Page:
Final papers season has arrived, and for many of us, the grueling writing process it brings with it can be dread-inducing as we slog through piles of articles, open soul-crushing numbers of browser tabs and agonizingly inch toward required page counts. Consequently, we fall into a vicious cycle of procrastination, where the prospect of starting to write becomes increasingly daunting as time passes, until we are left with no choice but to pull frantic all-nighters before the deadline. Research on student writing habits find that this fear and anxiety many students feel about writing is far from uncommon. One study found that 80 percent of students interviewed procrastinated on more than 80 percent of their course-related research assignments, and that more than 85 percent of all students across the disciplines experience writing difficulties at some point during their university career.
This past Saturday, The Loyal White Knights of the KKK planned to make their presence strongly felt in the state of North Carolina. Their grand march, intended to be a celebration of the election of Donald Trump and a reassertion of white supremacist ideals, was instead relegated to a small vehicular caravan in Roxboro. And although the planning of the KKK march demonstrated a resurgence in public white nationalism, the real story of the day was the effectiveness of the protests that drove them off and the general efficacy of such demonstrations as a mechanism of democracy.
In light of the upcoming revisions to the Duke Trinity curriculum, today we visit the unpopular foreign language requirement. The Trinity College of Arts & Science website argues that the foreign language requirement fulfills three goals: personal growth, global understanding and professional growth. We believe that the requirement should indeed fulfill those goals but that it fails to in its current state. In today’s editorial, we propose a more nuanced alternative to it that better fits student needs and manages to meet each of Trinity’s goals.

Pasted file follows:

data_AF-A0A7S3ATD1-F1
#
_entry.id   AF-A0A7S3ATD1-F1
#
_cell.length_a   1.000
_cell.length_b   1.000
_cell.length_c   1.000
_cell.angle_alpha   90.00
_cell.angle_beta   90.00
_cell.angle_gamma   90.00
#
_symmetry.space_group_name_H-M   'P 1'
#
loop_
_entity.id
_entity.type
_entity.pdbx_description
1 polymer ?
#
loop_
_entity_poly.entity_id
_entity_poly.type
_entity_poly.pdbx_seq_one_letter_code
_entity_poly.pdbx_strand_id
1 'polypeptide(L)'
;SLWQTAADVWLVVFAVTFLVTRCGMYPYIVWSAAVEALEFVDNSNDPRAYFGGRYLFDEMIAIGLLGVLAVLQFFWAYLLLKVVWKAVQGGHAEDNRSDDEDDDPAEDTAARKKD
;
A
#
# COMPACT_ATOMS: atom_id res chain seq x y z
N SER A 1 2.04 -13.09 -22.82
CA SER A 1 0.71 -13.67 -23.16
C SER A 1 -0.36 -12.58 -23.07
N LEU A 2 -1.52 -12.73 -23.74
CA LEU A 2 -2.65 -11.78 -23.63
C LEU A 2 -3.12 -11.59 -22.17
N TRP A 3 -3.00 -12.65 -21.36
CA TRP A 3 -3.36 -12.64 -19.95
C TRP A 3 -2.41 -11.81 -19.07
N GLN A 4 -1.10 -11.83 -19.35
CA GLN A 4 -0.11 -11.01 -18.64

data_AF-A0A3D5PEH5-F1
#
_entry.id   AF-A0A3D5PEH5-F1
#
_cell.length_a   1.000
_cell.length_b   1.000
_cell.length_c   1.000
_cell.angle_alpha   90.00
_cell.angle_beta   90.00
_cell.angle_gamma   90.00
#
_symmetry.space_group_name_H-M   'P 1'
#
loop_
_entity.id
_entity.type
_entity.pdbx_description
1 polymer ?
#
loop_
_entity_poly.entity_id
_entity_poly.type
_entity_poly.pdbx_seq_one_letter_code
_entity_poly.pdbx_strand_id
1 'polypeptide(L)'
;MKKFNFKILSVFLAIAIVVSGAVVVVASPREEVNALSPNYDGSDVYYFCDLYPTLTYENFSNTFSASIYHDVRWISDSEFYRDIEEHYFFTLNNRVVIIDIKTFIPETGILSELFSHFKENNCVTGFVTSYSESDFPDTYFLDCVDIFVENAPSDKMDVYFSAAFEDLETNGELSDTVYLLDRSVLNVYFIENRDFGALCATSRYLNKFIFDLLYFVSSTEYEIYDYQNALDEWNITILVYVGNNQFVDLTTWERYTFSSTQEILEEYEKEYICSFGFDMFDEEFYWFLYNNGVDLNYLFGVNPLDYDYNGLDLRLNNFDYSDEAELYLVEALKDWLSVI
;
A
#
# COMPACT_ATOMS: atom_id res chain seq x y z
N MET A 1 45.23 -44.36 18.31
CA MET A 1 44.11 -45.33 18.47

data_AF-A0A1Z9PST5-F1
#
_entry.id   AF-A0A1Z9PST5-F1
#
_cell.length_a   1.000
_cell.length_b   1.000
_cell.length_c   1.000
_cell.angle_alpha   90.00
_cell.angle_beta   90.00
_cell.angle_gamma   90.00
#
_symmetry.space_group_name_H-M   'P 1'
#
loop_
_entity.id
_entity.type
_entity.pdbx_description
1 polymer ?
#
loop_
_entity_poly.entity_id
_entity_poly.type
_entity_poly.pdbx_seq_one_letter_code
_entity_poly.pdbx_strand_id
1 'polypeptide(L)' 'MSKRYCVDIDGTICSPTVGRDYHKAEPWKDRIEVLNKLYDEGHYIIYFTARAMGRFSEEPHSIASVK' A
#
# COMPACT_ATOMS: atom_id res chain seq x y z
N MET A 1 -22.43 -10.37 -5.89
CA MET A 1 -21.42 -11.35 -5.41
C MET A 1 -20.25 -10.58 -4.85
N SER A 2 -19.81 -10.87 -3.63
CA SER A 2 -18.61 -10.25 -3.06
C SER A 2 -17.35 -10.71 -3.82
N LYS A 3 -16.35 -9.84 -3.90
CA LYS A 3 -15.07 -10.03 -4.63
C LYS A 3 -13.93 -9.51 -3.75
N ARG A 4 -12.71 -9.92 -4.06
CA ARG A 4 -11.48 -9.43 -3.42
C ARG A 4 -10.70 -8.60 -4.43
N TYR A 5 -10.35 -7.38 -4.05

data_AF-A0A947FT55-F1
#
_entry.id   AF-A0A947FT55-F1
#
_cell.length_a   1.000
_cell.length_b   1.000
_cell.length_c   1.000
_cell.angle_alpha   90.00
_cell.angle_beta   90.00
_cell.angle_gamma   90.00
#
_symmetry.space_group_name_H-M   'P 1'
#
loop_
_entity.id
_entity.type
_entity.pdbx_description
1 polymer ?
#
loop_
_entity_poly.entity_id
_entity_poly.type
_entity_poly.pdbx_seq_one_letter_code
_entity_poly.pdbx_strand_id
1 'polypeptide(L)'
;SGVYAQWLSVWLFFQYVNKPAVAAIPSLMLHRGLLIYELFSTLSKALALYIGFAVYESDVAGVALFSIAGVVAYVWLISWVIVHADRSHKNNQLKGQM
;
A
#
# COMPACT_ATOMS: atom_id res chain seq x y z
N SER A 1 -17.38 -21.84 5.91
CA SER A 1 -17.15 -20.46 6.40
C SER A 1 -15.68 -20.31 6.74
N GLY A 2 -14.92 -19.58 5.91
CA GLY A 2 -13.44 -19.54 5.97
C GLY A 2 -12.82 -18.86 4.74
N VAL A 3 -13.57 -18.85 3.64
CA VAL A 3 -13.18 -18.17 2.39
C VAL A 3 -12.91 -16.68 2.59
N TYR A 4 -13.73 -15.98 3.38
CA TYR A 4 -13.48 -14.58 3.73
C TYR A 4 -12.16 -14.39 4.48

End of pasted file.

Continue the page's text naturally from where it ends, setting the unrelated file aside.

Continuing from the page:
On July 1, 2017, Richard Brodhead will formally step down as the 9th president of Duke University after over 13 years at the helm. In his place, current University of Pennsylvania provost Vincent Prince will begin his tenure as the 10th president of Duke University. Price will inherit from Brodhead a dynamic university that consists of 15,000 students, 3500 faculty members, 36,000 employees and over 150,000 active alumni. When he begins his service to the university, he will inherit a task of gargantuan proportion equal to those numbers: successfully administrating Duke’s colossal multifaceted campus community.
Death, in general, is complicated to talk about and emotionally charged, but the death of controversial political figures can stir up even stronger feelings. In the wake of Fidel Castro’s death, we are faced with the same question we had when Antonin Scalia and Nancy Reagan died earlier this year: how do we talk about and remember highly politicized people after their passing? The recent election has magnified already heightened feelings of polarization and division, making finding a balanced analysis of a politician's life nearly impossible. This is especially true for a person as polemic as Castro. In order to truly understand figures like the late Cuban leader, it is important to step back and contextualize his rule, taking a holistic approach to examining his life.
In the wake of Donald J. Trump’s victory, students and faculty across the nation have signed petitions calling on their universities to protect undocumented students, who face threats of deportation under the incoming administration. President-elect Trump has promised to deport millions of immigrants and has proposed ending Deferred Action for Childhood Arrivals (DACA), a law that grants undocumented students who arrived in the United States as children work permits and temporary protection from deportation. School leaders have voiced concerns that DACA-beneficiaries may be particularly vulnerable under the proposed immigration laws because of a federal database with their information. In response, a petition calling for Duke to establish itself as a “sanctuary campus” has received more than 500 signatures, and President Richard Brodhead has signed a statement joining over 350 university presidents in support of maintaining DACA.
After December 19, all healthcare facilities, abortion clinics and hospitals in Texas will be required by state law to properly bury or cremate fetal remains. Despite intense debate around the new legislation since it was first proposed in early July, Republican Governor Greg Abbott swiftly approved the law this month. In defending the new legislation, he asserted that he did not believe fetuses should be “treated like medical waste and disposed of in landfills.” While the law can be viewed as a compromise intended to make amends for ideological differences, it presents an unjustified barrier to a constitutional right to abortions, even before questions of the abortion issue itself enter the conversation.